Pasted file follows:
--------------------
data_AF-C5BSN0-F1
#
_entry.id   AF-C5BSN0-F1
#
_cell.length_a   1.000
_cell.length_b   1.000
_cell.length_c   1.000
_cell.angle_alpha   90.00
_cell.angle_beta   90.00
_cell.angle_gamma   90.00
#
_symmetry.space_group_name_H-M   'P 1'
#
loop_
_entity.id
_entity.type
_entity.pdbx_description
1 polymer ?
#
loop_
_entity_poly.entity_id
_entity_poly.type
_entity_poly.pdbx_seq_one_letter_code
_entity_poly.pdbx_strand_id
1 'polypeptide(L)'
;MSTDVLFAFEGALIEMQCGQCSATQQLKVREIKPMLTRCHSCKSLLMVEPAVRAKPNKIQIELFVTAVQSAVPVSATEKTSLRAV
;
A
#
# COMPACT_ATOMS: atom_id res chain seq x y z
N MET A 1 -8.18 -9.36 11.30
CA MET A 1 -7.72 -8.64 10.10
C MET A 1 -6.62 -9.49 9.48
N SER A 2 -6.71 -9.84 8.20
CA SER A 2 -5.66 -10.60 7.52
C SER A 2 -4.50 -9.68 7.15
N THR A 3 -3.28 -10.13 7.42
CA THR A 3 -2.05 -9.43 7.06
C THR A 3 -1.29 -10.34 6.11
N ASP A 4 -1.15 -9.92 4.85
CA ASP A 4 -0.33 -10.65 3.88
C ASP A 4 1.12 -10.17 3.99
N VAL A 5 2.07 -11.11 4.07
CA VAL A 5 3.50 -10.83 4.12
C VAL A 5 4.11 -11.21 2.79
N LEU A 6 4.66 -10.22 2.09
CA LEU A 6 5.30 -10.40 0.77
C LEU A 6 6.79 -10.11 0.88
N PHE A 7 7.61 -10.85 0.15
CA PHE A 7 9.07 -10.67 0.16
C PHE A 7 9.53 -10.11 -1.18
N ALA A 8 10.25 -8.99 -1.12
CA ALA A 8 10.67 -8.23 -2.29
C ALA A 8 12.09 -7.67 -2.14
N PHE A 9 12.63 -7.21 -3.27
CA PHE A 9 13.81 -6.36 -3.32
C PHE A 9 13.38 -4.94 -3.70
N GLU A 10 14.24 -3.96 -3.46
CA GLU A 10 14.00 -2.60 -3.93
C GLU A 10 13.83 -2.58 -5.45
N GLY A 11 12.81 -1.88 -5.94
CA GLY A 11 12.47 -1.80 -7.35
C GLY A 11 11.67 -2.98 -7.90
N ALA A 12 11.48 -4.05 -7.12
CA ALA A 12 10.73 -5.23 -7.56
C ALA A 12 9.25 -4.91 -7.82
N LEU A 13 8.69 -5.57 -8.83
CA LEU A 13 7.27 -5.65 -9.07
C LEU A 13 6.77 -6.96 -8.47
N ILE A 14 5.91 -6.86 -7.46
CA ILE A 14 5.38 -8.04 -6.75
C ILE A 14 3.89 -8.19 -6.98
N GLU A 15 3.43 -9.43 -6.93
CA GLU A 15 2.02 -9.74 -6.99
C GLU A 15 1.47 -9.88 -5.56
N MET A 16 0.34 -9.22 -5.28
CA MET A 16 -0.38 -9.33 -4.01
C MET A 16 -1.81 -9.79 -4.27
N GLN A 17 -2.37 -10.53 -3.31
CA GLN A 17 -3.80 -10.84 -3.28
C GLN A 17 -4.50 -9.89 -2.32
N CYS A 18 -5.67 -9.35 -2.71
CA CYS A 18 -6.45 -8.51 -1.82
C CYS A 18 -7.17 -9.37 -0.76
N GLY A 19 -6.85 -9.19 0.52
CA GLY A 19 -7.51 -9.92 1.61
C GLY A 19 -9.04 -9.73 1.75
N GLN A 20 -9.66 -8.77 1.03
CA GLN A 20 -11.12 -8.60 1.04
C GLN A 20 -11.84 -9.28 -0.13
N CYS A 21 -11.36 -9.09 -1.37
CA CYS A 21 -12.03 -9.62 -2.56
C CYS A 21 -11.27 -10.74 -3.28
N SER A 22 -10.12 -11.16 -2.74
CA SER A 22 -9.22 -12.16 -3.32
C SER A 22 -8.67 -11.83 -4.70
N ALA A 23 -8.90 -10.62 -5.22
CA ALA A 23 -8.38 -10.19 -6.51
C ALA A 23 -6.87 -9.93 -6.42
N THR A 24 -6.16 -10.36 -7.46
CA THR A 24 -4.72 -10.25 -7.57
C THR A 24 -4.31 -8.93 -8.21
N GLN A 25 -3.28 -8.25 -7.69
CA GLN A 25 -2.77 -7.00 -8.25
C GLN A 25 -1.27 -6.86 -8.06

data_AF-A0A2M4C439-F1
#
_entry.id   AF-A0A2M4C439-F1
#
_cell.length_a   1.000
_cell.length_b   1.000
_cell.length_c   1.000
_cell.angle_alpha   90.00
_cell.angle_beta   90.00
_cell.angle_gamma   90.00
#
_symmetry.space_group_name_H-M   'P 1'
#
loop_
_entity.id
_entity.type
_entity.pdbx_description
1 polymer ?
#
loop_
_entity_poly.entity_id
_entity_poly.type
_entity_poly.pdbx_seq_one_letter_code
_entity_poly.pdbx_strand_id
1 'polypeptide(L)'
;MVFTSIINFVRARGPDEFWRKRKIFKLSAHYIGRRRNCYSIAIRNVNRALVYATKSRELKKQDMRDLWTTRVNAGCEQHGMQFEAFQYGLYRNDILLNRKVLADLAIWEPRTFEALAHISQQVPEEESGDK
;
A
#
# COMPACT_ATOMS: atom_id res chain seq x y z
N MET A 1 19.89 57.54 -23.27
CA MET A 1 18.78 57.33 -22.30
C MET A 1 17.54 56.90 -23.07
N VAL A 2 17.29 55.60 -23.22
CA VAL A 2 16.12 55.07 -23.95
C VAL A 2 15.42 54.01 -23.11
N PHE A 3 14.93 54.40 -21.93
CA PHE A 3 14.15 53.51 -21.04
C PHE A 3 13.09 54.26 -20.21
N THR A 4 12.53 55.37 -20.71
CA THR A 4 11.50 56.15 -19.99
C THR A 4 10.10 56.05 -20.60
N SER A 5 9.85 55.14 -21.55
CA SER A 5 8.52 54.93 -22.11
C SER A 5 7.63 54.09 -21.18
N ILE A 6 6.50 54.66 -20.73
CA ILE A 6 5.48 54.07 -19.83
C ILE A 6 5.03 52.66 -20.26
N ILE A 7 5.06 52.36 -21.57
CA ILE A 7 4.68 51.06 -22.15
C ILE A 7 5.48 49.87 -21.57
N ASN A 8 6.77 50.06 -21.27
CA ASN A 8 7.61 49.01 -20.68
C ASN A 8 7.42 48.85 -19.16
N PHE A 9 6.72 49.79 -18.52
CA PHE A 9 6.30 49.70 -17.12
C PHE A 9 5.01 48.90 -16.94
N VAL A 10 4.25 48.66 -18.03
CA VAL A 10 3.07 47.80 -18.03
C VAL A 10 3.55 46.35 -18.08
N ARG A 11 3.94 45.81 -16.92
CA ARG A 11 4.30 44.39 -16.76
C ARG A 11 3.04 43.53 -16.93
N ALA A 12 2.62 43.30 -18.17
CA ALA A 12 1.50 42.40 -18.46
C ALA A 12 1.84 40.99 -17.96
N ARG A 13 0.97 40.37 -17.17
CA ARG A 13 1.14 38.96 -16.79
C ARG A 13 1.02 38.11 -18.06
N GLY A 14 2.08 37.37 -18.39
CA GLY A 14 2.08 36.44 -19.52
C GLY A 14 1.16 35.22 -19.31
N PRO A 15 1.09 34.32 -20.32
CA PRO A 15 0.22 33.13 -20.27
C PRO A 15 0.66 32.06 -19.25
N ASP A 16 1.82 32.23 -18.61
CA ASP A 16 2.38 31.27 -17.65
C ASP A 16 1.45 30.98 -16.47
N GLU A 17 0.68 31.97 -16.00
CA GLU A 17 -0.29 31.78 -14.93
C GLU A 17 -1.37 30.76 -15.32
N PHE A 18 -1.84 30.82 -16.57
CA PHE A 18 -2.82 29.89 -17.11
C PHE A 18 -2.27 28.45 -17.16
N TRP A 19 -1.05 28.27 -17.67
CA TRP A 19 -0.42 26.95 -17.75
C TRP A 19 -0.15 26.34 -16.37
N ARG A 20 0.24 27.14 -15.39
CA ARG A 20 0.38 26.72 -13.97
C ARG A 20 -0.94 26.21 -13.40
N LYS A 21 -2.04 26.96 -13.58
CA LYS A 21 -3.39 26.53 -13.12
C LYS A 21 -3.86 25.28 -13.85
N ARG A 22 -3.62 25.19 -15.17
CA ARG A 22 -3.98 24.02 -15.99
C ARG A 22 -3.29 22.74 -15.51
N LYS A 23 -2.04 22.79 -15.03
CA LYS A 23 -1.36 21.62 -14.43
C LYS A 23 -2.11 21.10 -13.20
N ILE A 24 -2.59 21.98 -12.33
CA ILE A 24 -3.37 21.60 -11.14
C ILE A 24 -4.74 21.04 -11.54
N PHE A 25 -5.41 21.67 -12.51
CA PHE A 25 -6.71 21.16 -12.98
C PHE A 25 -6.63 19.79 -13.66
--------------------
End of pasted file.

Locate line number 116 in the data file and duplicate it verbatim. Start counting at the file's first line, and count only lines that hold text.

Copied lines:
#